Florida Children's Initiatives
Special Grant Made Available
Pursuant to Florida Statute 409.147, the Florida Department of Children and Families is offering a one-time grant of $25,000 to help eligible communities develop a designation request. Proposals will be reviewed in the order in which they are received. Grant recipients will be notified as they are deemed eligible. There are six grants available.
To apply for the grant, follow all the steps in this PDF: Request for Proposals for Florida Children's Initiative Planning Grants. Please don’t delay -- email the proposal as soon as it’s ready. The first six eligible submitters will receive the grants.
Questions & Answers
Can grant funds be used for staff?
Yes, grant funds can be used for any staff member(s) or consultant(s) working to complete the Florida Children’s Initiative application.
What else can grant funds be used for?
The funds can also be used for activities such as community engagement, research/data collection, town hall meetings/interviews with community residents, workgroup meetings, and development of the Community Strategic Plan, as related to the completion of the FCI application.
When does the grant end?
All funds must be spent by June 30, 2023. Grants will be advance cost reimbursement.
Can anyone apply for a Florida Children’s Initiative designation?
These planning grants are for counties that do not currently have a Children’s Initiative (Pursuant to FS 409.147). However, any community can apply for the FCI designation at any time.
Florida Children's Initiatives (FCI) are modeled after the nationally recognized Harlem Children's Zone. The 2008 Florida Legislature assigned The Ounce of Prevention Fund of Florida the responsibility for reviewing and approving requests from local municipalities and/or counties to obtain a Children's Initiative designation. The authority to review and approve such requests is based in Florida Statute 409.147.
A Children's Initiative is a neighborhood or community in Florida where the infrastructure and opportunities that middle-class communities take for granted are nonexistent or so marginal that they are ineffective.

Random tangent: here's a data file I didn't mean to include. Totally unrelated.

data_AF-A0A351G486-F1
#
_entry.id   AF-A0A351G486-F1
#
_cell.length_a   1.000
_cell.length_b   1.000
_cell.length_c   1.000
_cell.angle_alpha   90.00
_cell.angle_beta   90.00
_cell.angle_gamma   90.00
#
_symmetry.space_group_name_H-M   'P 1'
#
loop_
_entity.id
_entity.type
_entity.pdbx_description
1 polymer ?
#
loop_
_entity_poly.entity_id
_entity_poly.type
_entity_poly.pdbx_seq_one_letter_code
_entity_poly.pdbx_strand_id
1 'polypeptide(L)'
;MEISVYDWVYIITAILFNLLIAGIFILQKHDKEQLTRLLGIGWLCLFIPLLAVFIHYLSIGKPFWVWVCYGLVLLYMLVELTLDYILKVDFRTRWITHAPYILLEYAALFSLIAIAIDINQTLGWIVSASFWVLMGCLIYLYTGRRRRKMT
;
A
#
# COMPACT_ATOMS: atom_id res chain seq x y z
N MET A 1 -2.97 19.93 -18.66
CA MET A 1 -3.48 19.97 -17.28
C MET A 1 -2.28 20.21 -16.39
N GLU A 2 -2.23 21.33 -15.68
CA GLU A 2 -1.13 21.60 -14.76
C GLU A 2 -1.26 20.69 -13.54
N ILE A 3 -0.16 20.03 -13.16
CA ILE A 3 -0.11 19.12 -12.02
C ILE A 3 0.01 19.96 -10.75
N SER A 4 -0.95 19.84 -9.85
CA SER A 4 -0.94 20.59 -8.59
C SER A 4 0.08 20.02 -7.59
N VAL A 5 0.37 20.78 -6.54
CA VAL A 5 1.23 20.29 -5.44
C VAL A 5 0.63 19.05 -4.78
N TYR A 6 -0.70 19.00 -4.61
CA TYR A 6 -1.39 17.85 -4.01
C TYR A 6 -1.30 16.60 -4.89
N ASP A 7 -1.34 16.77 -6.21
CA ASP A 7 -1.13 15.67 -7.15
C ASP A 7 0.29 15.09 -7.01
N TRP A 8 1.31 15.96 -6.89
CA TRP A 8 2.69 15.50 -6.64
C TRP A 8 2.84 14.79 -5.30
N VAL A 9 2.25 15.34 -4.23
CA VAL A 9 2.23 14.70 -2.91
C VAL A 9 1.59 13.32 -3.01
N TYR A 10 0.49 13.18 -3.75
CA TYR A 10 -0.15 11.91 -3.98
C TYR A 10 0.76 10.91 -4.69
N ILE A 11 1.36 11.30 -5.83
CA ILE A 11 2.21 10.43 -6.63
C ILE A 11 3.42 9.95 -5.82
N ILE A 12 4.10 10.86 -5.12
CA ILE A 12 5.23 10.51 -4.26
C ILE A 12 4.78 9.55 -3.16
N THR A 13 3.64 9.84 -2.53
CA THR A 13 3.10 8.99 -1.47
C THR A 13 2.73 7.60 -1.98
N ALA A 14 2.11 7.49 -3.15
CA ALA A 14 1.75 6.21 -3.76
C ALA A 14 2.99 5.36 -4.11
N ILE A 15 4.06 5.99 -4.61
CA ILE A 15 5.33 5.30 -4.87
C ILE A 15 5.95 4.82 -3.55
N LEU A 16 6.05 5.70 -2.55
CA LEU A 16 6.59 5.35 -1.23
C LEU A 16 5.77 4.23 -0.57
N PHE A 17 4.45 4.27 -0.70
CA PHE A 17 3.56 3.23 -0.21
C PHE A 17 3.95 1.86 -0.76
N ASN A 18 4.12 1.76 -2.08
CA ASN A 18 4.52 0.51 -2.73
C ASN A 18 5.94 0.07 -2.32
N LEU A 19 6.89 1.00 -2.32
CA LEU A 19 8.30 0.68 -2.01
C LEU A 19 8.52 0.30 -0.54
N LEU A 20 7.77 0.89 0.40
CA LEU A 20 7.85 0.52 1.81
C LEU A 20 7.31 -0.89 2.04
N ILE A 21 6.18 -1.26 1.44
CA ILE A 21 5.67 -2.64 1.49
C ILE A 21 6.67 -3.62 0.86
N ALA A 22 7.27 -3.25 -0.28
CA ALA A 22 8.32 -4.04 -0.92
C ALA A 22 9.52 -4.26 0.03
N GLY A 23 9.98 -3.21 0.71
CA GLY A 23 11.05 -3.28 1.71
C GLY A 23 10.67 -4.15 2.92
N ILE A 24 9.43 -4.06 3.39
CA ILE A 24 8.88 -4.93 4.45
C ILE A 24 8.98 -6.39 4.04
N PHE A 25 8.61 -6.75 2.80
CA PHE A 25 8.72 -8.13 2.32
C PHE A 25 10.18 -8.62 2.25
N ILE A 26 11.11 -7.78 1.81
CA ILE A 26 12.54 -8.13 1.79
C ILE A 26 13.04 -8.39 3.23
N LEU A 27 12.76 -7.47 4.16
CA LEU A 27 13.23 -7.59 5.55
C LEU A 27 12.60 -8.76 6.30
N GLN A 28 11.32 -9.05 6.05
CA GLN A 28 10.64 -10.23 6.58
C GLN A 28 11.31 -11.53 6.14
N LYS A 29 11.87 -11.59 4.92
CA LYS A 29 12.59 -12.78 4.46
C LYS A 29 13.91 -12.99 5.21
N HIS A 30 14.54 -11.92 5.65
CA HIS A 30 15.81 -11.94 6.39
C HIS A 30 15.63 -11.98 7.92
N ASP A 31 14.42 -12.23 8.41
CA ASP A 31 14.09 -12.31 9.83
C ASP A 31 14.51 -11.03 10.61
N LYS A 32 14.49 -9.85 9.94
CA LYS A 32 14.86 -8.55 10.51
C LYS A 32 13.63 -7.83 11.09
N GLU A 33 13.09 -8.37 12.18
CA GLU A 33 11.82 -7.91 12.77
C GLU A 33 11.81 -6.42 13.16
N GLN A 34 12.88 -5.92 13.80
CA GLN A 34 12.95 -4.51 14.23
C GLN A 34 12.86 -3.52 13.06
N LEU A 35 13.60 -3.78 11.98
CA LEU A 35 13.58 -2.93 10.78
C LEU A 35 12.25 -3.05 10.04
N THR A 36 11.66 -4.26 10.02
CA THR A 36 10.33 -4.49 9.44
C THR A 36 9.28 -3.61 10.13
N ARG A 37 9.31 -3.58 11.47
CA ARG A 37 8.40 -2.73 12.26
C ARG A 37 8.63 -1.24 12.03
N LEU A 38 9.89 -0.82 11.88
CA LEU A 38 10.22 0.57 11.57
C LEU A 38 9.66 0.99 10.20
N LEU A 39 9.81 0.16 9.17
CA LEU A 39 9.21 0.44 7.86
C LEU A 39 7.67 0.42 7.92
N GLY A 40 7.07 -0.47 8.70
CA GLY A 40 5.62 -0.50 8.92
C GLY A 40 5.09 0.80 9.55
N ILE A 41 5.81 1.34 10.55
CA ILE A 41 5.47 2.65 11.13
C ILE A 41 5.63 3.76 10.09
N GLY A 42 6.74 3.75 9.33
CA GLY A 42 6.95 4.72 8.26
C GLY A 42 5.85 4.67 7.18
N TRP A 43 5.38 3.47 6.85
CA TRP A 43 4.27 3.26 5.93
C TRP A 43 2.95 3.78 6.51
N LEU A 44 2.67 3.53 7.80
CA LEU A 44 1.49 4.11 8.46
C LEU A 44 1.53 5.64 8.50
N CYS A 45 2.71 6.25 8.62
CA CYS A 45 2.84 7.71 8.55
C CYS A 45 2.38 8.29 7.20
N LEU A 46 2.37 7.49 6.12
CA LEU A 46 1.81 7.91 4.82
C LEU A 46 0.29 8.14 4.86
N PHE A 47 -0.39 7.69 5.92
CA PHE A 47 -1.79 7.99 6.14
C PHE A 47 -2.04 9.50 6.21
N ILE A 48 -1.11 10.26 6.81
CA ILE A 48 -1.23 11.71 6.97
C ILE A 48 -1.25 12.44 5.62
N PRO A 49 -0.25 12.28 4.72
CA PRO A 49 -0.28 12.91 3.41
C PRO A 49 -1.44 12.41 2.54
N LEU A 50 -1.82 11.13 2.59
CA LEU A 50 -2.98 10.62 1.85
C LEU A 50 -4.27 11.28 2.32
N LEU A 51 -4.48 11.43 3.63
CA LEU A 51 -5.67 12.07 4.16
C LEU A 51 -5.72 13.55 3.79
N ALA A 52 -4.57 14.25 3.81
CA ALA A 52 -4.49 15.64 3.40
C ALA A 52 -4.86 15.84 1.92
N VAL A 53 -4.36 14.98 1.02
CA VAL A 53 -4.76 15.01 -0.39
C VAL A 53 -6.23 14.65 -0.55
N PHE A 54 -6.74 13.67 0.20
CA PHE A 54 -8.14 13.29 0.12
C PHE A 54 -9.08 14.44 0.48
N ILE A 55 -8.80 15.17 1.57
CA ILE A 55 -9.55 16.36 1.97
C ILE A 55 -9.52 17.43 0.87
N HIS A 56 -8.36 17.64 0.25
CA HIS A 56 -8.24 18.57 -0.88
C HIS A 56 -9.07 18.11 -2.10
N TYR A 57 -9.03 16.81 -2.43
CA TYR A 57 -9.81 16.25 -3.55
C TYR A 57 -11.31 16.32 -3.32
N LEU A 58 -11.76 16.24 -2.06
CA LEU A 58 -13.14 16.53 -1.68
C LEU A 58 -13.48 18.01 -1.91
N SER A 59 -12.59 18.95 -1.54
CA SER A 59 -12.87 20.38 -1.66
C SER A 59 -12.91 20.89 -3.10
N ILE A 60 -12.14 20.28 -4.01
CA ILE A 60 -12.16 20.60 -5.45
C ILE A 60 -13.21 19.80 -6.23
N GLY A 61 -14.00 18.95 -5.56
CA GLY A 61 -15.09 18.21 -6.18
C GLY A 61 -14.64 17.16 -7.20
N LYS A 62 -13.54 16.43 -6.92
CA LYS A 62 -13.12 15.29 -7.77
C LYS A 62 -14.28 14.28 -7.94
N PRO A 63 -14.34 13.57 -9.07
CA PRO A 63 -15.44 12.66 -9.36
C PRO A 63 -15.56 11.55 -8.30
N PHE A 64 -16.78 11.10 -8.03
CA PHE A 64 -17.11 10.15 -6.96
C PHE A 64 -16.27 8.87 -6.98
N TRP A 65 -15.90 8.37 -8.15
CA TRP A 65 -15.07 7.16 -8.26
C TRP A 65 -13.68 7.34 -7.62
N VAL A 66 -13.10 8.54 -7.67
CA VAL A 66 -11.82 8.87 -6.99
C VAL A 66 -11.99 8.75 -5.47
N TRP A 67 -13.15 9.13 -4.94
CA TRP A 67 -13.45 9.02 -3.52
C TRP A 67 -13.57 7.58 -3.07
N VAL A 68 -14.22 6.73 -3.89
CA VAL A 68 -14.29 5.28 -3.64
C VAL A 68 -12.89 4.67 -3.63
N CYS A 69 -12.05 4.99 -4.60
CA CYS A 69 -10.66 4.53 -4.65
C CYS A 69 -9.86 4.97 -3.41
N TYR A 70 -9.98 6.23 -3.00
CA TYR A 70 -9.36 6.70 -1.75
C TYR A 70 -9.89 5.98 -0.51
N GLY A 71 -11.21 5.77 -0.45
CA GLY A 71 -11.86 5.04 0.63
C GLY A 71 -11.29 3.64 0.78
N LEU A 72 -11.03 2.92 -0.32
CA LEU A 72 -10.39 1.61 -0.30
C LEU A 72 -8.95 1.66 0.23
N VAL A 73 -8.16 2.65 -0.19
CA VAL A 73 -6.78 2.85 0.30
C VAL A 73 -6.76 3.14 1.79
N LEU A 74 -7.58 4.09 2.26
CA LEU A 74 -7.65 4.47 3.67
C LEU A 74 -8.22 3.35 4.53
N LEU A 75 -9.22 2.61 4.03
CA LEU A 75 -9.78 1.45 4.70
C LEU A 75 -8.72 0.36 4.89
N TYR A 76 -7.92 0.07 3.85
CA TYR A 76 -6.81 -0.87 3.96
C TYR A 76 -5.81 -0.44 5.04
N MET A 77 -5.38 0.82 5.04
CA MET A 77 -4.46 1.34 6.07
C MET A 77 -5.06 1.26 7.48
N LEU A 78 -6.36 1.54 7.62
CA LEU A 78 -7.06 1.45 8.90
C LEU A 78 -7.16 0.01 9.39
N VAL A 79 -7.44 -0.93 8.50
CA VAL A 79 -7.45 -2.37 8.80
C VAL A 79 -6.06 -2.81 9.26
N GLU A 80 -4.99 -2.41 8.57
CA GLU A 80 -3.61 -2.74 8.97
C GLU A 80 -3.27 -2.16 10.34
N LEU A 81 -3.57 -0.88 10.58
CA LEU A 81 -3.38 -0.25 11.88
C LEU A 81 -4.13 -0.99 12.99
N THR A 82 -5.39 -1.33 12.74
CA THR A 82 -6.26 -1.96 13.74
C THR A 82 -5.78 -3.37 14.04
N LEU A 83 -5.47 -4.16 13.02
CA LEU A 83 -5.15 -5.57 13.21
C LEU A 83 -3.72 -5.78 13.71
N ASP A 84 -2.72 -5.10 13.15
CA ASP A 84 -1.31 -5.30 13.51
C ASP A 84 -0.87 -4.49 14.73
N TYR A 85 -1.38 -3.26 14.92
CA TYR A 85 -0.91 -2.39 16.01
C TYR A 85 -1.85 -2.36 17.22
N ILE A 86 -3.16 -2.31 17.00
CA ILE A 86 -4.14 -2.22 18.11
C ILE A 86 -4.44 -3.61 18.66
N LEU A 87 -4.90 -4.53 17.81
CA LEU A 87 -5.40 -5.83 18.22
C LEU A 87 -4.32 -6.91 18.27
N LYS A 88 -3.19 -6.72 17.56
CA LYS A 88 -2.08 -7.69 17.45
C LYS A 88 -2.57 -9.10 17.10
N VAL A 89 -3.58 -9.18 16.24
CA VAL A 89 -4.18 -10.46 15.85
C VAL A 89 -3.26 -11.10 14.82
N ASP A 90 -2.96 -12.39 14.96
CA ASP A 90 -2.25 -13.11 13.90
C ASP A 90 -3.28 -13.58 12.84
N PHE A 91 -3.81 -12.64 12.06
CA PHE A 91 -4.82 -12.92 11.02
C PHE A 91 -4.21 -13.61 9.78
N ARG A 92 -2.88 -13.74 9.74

- Children living in these neighborhoods are not read to by an adult on a regular basis and attend a pre-kindergarten education program at a much lower rate than children in other communities.
- These children experience below-average performance on standardized tests and graduate from high school in fewer numbers.
- Most of these children are eligible for the free or reduced-price school lunch program.
- Children in these neighborhoods often suffer from high rates of asthma, a higher risk of lead poisoning, and inadequate health care, and they are routinely exposed to violence and crime.
In spite of these obstacles, these neighborhoods are many times home to strong individuals and institutions that are committed to making a difference in the lives of children and their families.
It is therefore the intent of the Legislature to assist disadvantaged areas within the state in creating a community-based service network that develops, coordinates, and provides quality education, accessible health care, youth development programs, opportunities for employment, and safe and affordable housing for children and families living within its boundaries.
Florida Statute 409.147 establishes a process that clearly identifies severely disadvantaged areas and provides guidance for developing a new social service paradigm that systematically coordinates programs that address the critical needs of children and their families and for directing efforts to rebuild the basic infrastructure of the community.